Victims of violent crime and those hapless souls born into situations of ongoing violence can respond in only one of two ways:

  1. They could treat anyone who gets in their way with the same insensitivity and cruelty as they themselves were treated, or,
  2. They could ensure no-one is ever treated the way in which they themselves were treated – ever.

One should recognize that Jesus would have chosen option # 2, as would anyone serious about building a fair and lasting peace; to be counted among whom, I’ll warrant, are most Jews and Palestinians.

On the converse, I have heard the argument put forward that the Jewish people have no right to the lands their ancestors once occupied, because that was ancient history. I cannot disagree more: although the Jews have been absent from their historical turf for millennia, they have never given up on returning there; that place, and no other. Neither did they leave of their own volition; they were forced out; compelled to endure the hostility with which the homeless and vulnerable are often welcomed into foreign lands or neighbourhoods ever since. It is owing to the perceptiveness and selfless dedication of the good souls associated with the 19th Century Zionist movement, that the opportunities presented in the dissolution of the Ottoman empire and the outbreak of the Great War, were exploited. The Jewish people were finally going home.

Now it remains for them to see their relationship with their Arab neighbours, and the Palestinians, as familial, not as Semite v. gentile, Jew v. Arab, or for that matter, Talmud v. Quran.

The Resolution

It may be that, left to their own devices, these two sides can never achieve a permanent peace, owing to the behaviour of reactionaries on both sides who will never want peace, and the corollary changes to the status quo.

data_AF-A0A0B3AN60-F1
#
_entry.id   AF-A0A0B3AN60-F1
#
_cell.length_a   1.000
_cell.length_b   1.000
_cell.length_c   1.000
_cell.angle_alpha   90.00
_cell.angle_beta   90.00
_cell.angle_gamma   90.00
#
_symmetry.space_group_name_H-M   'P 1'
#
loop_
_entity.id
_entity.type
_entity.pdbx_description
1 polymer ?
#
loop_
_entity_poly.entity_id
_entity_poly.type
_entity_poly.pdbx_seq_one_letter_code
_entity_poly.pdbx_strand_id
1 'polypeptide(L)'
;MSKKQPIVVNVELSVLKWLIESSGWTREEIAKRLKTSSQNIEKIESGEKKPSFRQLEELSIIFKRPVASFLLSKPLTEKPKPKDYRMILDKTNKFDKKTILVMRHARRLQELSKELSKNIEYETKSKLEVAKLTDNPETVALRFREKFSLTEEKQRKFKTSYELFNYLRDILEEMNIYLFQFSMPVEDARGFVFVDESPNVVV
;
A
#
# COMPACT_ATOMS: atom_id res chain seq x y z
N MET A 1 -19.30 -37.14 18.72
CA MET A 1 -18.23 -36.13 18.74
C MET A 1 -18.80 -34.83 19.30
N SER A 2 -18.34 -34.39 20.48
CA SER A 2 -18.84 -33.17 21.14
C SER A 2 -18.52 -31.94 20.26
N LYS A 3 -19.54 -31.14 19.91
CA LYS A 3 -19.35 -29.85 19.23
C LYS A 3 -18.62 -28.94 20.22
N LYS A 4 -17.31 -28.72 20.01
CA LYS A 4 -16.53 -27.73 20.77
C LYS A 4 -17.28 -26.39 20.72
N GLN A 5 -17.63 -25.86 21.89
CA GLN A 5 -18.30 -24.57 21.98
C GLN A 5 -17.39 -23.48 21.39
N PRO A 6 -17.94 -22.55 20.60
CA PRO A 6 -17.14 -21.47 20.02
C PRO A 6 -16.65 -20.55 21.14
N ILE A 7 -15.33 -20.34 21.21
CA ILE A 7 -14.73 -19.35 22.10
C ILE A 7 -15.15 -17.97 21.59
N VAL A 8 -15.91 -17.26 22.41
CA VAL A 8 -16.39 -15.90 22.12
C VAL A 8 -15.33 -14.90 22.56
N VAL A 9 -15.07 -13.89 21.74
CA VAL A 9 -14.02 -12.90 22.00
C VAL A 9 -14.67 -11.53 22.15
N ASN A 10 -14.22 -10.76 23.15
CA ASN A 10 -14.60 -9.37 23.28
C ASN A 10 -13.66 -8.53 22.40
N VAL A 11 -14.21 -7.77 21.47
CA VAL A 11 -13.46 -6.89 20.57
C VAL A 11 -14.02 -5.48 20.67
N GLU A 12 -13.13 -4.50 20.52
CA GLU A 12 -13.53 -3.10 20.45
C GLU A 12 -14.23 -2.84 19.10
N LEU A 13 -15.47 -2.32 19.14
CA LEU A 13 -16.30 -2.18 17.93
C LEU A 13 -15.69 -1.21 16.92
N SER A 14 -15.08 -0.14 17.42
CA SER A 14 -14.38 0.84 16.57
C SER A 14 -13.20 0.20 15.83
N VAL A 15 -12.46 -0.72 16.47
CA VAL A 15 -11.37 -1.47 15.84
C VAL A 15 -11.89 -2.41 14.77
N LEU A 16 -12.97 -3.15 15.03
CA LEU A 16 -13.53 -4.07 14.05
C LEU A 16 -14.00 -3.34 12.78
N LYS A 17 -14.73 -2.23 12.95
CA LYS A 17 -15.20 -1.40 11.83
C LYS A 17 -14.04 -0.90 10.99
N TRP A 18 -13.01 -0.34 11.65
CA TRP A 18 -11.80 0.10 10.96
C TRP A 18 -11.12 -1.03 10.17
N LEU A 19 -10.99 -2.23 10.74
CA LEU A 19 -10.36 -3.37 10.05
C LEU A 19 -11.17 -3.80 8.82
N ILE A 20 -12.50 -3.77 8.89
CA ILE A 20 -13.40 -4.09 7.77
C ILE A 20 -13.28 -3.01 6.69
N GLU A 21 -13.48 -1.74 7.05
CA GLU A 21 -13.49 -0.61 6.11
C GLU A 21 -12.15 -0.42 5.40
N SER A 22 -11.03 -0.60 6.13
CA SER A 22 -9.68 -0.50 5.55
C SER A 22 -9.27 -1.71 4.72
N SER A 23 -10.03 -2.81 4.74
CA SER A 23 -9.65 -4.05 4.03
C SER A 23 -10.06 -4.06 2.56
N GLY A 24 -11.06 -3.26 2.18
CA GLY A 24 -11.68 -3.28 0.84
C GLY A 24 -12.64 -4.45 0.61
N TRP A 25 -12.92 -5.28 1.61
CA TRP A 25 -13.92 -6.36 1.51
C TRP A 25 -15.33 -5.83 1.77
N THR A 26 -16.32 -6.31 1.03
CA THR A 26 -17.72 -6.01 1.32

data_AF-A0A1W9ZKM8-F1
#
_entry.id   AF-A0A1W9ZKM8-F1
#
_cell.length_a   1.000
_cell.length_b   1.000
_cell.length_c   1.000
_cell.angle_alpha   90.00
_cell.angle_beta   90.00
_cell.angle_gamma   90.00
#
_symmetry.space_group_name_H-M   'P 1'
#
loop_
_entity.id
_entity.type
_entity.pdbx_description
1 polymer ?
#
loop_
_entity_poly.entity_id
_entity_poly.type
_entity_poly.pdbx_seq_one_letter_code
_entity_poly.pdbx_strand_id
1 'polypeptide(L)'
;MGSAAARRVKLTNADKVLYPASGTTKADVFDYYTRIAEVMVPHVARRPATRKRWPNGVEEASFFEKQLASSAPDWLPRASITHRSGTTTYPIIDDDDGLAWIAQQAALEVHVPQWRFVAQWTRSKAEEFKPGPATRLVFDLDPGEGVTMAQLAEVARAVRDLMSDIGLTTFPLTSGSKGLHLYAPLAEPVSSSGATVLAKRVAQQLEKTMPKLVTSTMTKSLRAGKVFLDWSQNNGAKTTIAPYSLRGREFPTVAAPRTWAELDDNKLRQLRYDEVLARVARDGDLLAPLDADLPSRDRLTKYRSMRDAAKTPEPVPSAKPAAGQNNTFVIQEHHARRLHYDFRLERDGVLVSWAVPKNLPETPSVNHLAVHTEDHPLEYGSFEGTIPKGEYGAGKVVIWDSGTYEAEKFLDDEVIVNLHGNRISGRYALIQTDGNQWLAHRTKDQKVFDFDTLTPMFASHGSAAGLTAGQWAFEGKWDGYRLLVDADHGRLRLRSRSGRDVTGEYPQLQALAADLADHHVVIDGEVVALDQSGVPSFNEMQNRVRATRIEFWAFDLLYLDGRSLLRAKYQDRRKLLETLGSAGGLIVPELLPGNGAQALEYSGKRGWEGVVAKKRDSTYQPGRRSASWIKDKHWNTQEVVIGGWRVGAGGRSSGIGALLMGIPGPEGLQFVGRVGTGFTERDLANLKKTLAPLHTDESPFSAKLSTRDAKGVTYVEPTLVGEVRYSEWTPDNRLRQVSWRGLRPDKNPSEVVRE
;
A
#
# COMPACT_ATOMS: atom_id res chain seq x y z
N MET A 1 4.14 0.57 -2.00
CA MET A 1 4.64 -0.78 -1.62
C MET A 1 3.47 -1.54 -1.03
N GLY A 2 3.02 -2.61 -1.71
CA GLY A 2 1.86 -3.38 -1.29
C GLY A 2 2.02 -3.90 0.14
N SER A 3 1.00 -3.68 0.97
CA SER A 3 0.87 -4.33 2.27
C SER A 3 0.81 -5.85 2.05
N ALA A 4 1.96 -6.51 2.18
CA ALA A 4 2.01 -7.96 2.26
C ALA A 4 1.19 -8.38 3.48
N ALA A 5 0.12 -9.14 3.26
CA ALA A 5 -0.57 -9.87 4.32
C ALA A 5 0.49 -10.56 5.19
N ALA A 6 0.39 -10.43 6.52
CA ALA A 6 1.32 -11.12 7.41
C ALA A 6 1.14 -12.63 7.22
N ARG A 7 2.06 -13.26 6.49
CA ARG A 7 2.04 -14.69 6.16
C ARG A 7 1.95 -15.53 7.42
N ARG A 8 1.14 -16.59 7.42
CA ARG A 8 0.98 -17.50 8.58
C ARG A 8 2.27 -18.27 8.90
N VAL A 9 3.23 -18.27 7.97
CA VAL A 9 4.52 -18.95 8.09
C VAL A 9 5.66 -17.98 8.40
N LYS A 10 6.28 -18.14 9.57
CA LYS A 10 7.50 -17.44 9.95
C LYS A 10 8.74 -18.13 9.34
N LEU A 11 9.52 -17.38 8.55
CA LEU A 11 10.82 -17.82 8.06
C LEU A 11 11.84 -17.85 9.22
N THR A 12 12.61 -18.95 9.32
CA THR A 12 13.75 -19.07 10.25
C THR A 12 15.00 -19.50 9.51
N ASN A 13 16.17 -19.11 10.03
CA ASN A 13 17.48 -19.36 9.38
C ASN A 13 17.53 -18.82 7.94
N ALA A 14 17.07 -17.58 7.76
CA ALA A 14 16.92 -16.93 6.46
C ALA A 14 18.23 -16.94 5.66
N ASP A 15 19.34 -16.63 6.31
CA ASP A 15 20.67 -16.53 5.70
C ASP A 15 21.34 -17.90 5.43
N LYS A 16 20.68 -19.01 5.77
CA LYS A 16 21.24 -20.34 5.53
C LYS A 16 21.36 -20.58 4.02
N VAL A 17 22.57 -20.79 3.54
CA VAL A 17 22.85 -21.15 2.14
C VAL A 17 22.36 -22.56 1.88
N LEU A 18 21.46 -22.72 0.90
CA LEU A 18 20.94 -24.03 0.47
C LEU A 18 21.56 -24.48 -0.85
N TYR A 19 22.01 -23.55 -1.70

Although there is no better way to ensure a lasting peace than when enemies come to an agreement among themselves, the international community/U.N. might in this case be obliged to introduce a procedural framework for the process that will include the subjection of both sides to the possibility of binding arbitration.

I believe the substantive part of a viable and permanent solution had already been put forward by the Arab League in 2002. Highlights of their proposal include:[vi]

  • Israel’s boundaries reverting to those in existence prior to the 4th of June, 1967. This would oblige Israel’s to withdraw from the Golan Heights and various areas in southern Lebanon
  • Supporting the creation of a Sovereign Independent Palestinian State on the territories occupied by Israel since June 4, 1967, in the West Bank and Gaza Strip
  • Full collaboration in developing a solution to the Palestinian refugee problem, in accordance with U.N. General Assembly Resolution 194

The  Arab countries would:

  • Declare an end to the Arab-Israeli conflict, once and for all
  • Establish normal relations with Israel

I would add to this, in all simplicity, the promise which is tacit among all good neighbours…